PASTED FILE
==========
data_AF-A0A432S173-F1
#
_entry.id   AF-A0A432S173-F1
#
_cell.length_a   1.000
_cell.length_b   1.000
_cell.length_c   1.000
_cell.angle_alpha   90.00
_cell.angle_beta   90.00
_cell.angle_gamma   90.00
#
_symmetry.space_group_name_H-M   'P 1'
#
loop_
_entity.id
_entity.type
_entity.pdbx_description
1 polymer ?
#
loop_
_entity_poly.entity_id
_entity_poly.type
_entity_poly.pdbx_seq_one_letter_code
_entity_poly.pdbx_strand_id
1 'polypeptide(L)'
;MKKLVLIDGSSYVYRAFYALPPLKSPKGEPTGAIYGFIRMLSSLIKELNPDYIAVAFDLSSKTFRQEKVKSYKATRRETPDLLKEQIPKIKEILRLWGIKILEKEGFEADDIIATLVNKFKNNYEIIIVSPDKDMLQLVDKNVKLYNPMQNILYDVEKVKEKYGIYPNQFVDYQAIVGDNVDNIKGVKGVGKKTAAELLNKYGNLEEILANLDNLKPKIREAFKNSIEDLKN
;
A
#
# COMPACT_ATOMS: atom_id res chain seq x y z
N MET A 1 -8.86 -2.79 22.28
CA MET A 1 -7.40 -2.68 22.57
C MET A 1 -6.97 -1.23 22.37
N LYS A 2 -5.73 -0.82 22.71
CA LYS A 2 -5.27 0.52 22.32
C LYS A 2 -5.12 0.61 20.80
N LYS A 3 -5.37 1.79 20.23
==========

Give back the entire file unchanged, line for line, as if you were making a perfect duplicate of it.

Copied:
data_AF-A0A432S173-F1
#
_entry.id   AF-A0A432S173-F1
#
_cell.length_a   1.000
_cell.length_b   1.000
_cell.length_c   1.000
_cell.angle_alpha   90.00
_cell.angle_beta   90.00
_cell.angle_gamma   90.00
#
_symmetry.space_group_name_H-M   'P 1'
#
loop_
_entity.id
_entity.type
_entity.pdbx_description
1 polymer ?
#
loop_
_entity_poly.entity_id
_entity_poly.type
_entity_poly.pdbx_seq_one_letter_code
_entity_poly.pdbx_strand_id
1 'polypeptide(L)'
;MKKLVLIDGSSYVYRAFYALPPLKSPKGEPTGAIYGFIRMLSSLIKELNPDYIAVAFDLSSKTFRQEKVKSYKATRRETPDLLKEQIPKIKEILRLWGIKILEKEGFEADDIIATLVNKFKNNYEIIIVSPDKDMLQLVDKNVKLYNPMQNILYDVEKVKEKYGIYPNQFVDYQAIVGDNVDNIKGVKGVGKKTAAELLNKYGNLEEILANLDNLKPKIREAFKNSIEDLKN
;
A
#
# COMPACT_ATOMS: atom_id res chain seq x y z
N MET A 1 -8.86 -2.79 22.28
CA MET A 1 -7.40 -2.68 22.57
C MET A 1 -6.97 -1.23 22.37
N LYS A 2 -5.73 -0.82 22.71
CA LYS A 2 -5.27 0.52 22.32
C LYS A 2 -5.12 0.61 20.80
N LYS A 3 -5.37 1.79 20.23